We don’t yet know exactly what has caused Artesian’s shuttering, but the controversy that put the spotlight on it bears recapping. Artesian has stood out from other custom PC builders for its commitment to building every order live on Twitch. The company also runs an “ambassador” program which pays streamers for referrals and grants them entry into ambassador-only PC giveaways, which also take place live on Twitch. It was one of those giveaways that seemingly drove one of the nails into the Artesian coffin last week.
As he streamed a drawing on Twitch, Artesian CEO Noah Katz warned that not every member of the ambassador program would be eligible to win, saying that the winner would have to meet “strict” criteria.
“This is an ambassador giveaway,” he said. “This is not for people that aren’t taking streaming seriously. We need you to be promoting, frankly, yourself and us, if we’re giving you a free computer.”
Katz said that he would look for a streaming and social media following in the “multiple thousands,” and also consider how much business the ambassador was sending Artesian’s way. Streamers whose Artesian links weren’t at least being clicked weren’t fulfilling their “part of the bargain,” and would not be eligible to win the PC, he said.
The first name that came up was streamer Kiapiaa, and Katz immediately went to work vetting her based on the criteria he’d just laid out. Because she had fewer than 5,000 followers and hadn’t generated any clicks in her three months as an ambassador, Katz denied her the prize.
If you haven’t heard @ArtesianBuilds do not care about their small streamer ambassadors. They have monthly PC giveaways for their ambassadors, great, right? Expect they don’t care for small streamers. I got chosen and they changed their rules last minute (cont.) pic.twitter.com/CzDiq7VTZPMarch 1, 2022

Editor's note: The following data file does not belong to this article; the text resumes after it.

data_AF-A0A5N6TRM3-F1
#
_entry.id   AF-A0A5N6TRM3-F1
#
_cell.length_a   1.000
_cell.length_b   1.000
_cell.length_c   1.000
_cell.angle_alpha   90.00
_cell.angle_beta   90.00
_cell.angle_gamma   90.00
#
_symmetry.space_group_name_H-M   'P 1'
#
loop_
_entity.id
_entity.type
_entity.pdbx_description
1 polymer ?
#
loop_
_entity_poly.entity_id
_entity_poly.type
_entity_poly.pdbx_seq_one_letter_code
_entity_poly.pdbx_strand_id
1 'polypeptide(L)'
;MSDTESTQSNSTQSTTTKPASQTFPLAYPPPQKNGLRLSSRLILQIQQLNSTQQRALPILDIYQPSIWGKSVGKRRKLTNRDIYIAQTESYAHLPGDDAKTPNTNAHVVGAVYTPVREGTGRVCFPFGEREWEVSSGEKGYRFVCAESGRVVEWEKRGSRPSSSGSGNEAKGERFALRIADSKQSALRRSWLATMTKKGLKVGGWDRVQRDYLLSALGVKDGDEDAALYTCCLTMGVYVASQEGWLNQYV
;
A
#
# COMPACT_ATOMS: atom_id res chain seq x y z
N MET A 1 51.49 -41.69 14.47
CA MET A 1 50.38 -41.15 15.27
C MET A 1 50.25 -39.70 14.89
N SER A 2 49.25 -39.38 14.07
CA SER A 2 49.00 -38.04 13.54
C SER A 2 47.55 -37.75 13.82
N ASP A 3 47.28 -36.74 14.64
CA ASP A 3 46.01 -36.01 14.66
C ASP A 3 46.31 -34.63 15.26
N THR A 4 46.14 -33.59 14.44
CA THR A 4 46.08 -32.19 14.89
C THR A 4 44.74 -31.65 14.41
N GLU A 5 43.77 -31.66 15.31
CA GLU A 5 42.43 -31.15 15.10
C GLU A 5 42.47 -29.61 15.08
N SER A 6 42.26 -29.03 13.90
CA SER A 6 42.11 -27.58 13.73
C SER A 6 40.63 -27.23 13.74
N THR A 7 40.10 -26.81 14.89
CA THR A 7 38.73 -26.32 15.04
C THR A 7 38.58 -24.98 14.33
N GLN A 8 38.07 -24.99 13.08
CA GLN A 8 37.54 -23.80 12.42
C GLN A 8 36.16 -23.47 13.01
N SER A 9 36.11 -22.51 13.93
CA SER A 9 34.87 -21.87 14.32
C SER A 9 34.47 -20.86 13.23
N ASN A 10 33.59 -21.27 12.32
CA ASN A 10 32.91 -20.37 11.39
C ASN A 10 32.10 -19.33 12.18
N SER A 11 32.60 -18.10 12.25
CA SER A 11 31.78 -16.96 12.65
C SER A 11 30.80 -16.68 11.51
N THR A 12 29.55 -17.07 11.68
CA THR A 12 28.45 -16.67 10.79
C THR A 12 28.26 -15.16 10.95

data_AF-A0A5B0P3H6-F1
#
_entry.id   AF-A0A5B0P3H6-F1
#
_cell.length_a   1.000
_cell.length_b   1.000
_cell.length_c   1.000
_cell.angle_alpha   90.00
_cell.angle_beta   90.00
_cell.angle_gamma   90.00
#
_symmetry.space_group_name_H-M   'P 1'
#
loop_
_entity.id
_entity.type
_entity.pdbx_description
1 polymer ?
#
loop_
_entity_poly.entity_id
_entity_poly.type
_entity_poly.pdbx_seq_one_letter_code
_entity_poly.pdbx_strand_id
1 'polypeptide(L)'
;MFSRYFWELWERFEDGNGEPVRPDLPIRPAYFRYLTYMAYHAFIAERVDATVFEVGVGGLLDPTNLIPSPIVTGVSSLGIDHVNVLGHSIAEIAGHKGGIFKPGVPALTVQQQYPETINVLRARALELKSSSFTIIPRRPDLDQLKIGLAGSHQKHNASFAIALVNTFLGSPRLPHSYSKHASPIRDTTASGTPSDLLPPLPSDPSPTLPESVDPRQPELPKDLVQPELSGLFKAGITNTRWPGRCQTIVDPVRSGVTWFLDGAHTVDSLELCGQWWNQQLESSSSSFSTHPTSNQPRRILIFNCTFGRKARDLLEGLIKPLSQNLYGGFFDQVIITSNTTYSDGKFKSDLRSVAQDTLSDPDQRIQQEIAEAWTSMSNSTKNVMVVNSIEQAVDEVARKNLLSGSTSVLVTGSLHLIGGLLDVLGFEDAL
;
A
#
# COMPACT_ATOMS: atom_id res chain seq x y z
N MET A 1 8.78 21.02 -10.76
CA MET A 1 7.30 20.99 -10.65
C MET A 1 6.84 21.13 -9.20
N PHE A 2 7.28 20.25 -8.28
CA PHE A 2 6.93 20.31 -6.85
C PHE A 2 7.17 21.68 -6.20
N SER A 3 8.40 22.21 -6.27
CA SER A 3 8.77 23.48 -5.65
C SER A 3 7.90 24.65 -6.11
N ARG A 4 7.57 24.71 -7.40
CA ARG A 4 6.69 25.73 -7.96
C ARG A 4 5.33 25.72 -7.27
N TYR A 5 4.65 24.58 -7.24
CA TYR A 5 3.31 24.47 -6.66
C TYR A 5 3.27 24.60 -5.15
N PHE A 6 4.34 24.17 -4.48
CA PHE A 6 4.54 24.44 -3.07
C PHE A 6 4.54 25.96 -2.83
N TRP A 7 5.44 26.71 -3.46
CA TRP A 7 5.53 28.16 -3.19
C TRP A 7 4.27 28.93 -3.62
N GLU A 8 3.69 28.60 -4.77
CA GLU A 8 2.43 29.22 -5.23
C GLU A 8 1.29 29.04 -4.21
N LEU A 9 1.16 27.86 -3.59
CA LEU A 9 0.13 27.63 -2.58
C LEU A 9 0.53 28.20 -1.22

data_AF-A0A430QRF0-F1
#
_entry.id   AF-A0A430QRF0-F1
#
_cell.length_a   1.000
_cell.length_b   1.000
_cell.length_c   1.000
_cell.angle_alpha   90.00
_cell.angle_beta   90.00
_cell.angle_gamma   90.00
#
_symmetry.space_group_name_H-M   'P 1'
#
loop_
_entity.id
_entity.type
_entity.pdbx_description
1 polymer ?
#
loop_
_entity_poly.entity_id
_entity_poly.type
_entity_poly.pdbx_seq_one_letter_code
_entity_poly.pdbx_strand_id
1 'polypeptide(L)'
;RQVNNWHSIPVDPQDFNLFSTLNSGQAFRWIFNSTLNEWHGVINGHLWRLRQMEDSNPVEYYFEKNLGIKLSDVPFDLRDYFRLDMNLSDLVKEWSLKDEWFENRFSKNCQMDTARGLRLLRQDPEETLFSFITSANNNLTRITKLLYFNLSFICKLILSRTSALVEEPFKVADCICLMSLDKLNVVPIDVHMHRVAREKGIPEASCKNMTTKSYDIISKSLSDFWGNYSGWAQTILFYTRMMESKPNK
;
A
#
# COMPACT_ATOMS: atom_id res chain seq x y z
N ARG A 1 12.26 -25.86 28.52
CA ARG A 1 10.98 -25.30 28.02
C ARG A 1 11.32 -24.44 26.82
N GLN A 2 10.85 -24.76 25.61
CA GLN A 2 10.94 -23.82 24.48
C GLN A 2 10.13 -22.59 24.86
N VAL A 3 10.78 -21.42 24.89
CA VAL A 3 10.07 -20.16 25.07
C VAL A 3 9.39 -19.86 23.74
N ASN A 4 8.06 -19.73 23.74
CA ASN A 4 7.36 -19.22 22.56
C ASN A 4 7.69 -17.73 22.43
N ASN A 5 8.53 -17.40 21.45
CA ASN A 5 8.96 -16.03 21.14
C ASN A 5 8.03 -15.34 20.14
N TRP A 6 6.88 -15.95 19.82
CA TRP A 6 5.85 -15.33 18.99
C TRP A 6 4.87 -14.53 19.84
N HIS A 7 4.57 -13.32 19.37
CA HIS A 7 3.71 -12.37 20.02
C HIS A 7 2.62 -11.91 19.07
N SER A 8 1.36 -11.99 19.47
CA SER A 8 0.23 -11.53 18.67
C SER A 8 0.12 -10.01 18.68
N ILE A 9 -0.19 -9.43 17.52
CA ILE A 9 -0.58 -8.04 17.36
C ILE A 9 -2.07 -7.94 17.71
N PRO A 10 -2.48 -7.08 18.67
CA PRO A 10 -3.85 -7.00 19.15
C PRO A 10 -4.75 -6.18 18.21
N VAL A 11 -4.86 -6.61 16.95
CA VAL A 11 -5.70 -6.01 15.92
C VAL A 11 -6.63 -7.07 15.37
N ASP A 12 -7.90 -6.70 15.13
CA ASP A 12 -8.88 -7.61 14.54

Kiapiaa said that she had not previously been aware of any results-based eligibility criteria for ambassadors selected in prize drawings. She was a legitimate member of the program, and said she felt “belittled” by Katz’s live investigation into her social media following.
Intel, which sponsored the giveaway, sided with Kiapiaa, as did most of those reacting to her tweets. Katz issued an apology, but has since deleted it. Kiapiaa says she was offered the prize in the end, but turned it down.
It isn’t immediately clear what the reorganization of Artesian will entail, or whether it will continue under new ownership. I’ve attempted to contact the business and will update this article if I learn more.
If you’re associated with Artesian Builds and have information to share, you can contact us at firstname.lastname@example.org.
Tyler grew up in Silicon Valley alongside Apple and Microsoft, playing games like Zork and Arkanoid on the early personal computers his parents brought home. He was later captivated by Myst, SimCity, Civilization, Command & Conquer, Bushido Blade (yeah, he had Bleem!), and all the shooters they call “boomer shooters” now. In 2006, Tyler wrote his first professional review of a videogame: Super Dragon Ball Z for the PS2. He thought it was OK. In 2011, he joined PC Gamer, and today he’s focused on the site’s news coverage. After work, he practices boxing and adds to his 1,200 hours in Rocket League.